MADRID (AP) — Spanish health authorities are moving closer to normalizing life in coexistence with COVID-19, by scrapping mandatory quarantines — from next week — for those infected with the virus but showing no or mild symptoms of the disease.
Under current regulations, seven days of isolation are mandatory for anybody who tests positive for the coronavirus.
Starting March 28, free COVID-19 tests will only be conducted on high-risk groups, at health facilities and nursing homes, and on patients with the worse conditions, Spain’s Health Ministry said Tuesday.
It said the decision was taken by the country’s Commission on Public Health.
Amid high levels of vaccination, the rate of coronavirus contagion remains still above 400 new cases per 100,000 residents in 14 days, a high-risk level but way down from the mid-January record. Fueled by the omicron variant, the two-week variable surged then above 3,400 new cases per 100,000 residents.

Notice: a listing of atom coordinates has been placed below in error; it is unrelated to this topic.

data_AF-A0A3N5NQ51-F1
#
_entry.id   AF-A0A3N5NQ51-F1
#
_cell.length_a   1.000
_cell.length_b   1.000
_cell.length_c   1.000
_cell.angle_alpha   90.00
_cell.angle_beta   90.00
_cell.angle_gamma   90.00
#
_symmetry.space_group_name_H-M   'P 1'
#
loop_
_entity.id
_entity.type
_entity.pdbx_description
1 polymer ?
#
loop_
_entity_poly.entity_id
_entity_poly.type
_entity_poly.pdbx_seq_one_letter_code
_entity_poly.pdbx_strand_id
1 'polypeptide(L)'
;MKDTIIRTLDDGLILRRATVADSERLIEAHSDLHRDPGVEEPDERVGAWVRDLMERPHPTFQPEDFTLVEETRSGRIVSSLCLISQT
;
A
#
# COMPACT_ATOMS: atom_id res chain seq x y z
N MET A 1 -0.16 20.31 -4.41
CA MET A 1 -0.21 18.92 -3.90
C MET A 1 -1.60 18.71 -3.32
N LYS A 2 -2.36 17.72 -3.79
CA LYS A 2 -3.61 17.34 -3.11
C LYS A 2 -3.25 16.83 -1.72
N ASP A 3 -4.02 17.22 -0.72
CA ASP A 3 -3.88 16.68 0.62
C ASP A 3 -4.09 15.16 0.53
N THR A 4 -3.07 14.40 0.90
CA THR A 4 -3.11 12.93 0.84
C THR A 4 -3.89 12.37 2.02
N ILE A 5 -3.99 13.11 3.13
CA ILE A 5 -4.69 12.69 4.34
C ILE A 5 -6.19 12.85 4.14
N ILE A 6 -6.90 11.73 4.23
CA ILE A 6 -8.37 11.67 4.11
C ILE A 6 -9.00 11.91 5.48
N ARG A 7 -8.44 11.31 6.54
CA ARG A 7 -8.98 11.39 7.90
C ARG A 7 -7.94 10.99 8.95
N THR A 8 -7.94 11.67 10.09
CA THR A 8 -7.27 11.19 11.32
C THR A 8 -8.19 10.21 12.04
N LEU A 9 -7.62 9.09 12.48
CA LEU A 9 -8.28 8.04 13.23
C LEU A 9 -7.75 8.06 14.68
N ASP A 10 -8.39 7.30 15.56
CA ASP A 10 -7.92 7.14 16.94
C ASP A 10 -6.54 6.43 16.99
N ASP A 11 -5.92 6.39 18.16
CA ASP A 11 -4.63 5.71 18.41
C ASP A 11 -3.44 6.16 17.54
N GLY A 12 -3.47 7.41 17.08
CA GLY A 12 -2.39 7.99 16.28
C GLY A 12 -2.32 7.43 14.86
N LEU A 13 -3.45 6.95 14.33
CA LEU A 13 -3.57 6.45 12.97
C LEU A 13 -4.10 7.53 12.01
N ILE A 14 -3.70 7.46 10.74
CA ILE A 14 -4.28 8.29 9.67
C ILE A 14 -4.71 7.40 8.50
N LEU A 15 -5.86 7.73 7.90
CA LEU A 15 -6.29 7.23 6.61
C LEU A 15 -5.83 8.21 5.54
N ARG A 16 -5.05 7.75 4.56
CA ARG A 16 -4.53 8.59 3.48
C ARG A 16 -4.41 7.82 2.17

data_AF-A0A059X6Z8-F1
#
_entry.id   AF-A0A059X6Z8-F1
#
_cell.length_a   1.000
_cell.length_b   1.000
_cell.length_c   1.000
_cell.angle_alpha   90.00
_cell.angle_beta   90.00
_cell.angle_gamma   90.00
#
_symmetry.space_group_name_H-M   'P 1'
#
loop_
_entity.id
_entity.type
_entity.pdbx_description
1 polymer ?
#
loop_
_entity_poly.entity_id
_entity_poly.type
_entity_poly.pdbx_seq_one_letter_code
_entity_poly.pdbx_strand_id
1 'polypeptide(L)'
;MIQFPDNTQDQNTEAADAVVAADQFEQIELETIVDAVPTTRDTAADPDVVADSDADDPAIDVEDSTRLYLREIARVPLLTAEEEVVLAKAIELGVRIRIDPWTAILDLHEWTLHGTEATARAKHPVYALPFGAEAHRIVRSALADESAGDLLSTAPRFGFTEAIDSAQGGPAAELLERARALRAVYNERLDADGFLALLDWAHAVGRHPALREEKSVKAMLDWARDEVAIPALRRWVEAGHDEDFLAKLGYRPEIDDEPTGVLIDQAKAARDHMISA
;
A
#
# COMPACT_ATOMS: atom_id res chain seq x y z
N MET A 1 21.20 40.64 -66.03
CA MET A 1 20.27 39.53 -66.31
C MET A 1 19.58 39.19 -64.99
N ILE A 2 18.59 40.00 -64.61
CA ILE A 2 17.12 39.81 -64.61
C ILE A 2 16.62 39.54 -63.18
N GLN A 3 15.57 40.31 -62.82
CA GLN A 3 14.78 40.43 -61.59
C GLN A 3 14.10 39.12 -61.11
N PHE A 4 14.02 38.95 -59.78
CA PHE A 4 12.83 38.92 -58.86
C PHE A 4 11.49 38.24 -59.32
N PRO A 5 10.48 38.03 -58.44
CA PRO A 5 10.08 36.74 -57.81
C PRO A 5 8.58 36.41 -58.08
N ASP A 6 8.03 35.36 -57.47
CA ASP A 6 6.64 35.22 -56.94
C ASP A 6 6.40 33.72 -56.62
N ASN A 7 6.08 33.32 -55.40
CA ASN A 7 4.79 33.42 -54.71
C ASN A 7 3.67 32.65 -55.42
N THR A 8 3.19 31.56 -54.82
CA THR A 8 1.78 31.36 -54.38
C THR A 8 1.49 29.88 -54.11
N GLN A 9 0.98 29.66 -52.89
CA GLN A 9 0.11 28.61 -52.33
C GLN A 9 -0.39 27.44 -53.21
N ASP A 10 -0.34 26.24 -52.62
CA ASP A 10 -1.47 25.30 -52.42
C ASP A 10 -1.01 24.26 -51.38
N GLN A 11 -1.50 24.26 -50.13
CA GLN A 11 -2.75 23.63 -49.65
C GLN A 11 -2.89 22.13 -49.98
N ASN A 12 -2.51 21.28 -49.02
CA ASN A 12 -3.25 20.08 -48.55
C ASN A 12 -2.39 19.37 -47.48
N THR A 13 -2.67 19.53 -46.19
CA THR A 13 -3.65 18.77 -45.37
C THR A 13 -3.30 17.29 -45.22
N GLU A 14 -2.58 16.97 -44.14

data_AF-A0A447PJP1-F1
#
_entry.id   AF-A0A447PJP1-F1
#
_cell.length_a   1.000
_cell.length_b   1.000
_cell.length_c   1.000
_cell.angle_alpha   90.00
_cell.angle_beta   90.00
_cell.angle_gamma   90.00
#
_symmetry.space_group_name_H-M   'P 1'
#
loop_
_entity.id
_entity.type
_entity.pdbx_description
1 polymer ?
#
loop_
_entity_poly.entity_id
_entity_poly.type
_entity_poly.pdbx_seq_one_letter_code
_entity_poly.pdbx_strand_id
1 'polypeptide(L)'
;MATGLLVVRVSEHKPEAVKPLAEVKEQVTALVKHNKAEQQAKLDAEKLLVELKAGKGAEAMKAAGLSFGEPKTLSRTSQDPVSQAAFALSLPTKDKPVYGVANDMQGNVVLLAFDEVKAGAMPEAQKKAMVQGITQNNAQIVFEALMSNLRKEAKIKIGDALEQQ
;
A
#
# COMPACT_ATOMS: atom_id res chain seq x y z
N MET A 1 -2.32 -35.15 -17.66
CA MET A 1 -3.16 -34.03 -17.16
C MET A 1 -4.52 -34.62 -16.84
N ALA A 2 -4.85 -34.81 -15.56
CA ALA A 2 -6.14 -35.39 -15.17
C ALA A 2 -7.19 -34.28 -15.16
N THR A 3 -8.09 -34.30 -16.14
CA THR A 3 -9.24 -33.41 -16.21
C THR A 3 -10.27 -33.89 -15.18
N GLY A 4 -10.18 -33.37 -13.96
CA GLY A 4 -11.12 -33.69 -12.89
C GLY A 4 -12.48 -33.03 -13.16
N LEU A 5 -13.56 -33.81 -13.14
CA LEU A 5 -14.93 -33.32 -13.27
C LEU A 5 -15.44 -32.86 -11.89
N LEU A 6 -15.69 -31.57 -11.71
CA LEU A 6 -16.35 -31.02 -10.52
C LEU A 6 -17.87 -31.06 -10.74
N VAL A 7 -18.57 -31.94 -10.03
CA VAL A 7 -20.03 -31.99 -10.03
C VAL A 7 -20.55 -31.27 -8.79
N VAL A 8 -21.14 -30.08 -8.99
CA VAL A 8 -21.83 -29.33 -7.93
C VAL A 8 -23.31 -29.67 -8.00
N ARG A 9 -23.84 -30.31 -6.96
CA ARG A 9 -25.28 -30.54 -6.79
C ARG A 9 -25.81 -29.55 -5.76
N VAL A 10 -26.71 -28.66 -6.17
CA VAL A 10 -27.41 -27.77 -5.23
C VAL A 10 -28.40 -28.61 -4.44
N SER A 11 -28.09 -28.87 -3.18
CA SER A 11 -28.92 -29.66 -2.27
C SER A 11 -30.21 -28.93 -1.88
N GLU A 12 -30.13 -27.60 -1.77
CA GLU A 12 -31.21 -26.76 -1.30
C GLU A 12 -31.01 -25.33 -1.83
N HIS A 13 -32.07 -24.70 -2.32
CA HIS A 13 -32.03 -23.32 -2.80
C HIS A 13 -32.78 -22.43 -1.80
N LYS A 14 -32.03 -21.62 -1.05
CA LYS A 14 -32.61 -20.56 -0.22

Since the first case was identified in early 2020, Spain has officially reported 11.3 million infections and just over 100,000 confirmed deaths, although the accuracy of record-keeping has varied during the pandemic.
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